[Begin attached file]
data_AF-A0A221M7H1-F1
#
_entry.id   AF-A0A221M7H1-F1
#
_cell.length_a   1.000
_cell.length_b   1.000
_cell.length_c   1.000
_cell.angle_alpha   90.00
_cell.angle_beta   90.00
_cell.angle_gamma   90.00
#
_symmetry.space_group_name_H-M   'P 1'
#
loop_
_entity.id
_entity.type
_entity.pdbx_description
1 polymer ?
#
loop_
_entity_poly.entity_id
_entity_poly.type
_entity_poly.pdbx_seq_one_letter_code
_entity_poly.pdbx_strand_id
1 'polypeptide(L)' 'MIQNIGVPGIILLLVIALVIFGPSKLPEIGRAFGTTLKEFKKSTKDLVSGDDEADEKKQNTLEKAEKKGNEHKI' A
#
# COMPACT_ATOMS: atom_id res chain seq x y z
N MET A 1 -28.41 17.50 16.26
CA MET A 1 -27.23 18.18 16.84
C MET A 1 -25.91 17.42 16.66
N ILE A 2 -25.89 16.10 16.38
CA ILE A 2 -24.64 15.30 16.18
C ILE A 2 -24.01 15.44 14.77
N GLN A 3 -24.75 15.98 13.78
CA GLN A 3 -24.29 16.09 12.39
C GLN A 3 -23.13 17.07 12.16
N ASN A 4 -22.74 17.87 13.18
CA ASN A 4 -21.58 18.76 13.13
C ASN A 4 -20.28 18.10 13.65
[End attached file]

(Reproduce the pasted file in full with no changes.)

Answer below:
data_AF-A0A221M7H1-F1
#
_entry.id   AF-A0A221M7H1-F1
#
_cell.length_a   1.000
_cell.length_b   1.000
_cell.length_c   1.000
_cell.angle_alpha   90.00
_cell.angle_beta   90.00
_cell.angle_gamma   90.00
#
_symmetry.space_group_name_H-M   'P 1'
#
loop_
_entity.id
_entity.type
_entity.pdbx_description
1 polymer ?
#
loop_
_entity_poly.entity_id
_entity_poly.type
_entity_poly.pdbx_seq_one_letter_code
_entity_poly.pdbx_strand_id
1 'polypeptide(L)' 'MIQNIGVPGIILLLVIALVIFGPSKLPEIGRAFGTTLKEFKKSTKDLVSGDDEADEKKQNTLEKAEKKGNEHKI' A
#
# COMPACT_ATOMS: atom_id res chain seq x y z
N MET A 1 -28.41 17.50 16.26
CA MET A 1 -27.23 18.18 16.84
C MET A 1 -25.91 17.42 16.66
N ILE A 2 -25.89 16.10 16.38
CA ILE A 2 -24.64 15.30 16.18
C ILE A 2 -24.01 15.44 14.77
N GLN A 3 -24.75 15.98 13.78
CA GLN A 3 -24.29 16.09 12.39
C GLN A 3 -23.13 17.07 12.16
N ASN A 4 -22.74 17.87 13.18
CA ASN A 4 -21.58 18.76 13.13
C ASN A 4 -20.28 18.10 13.65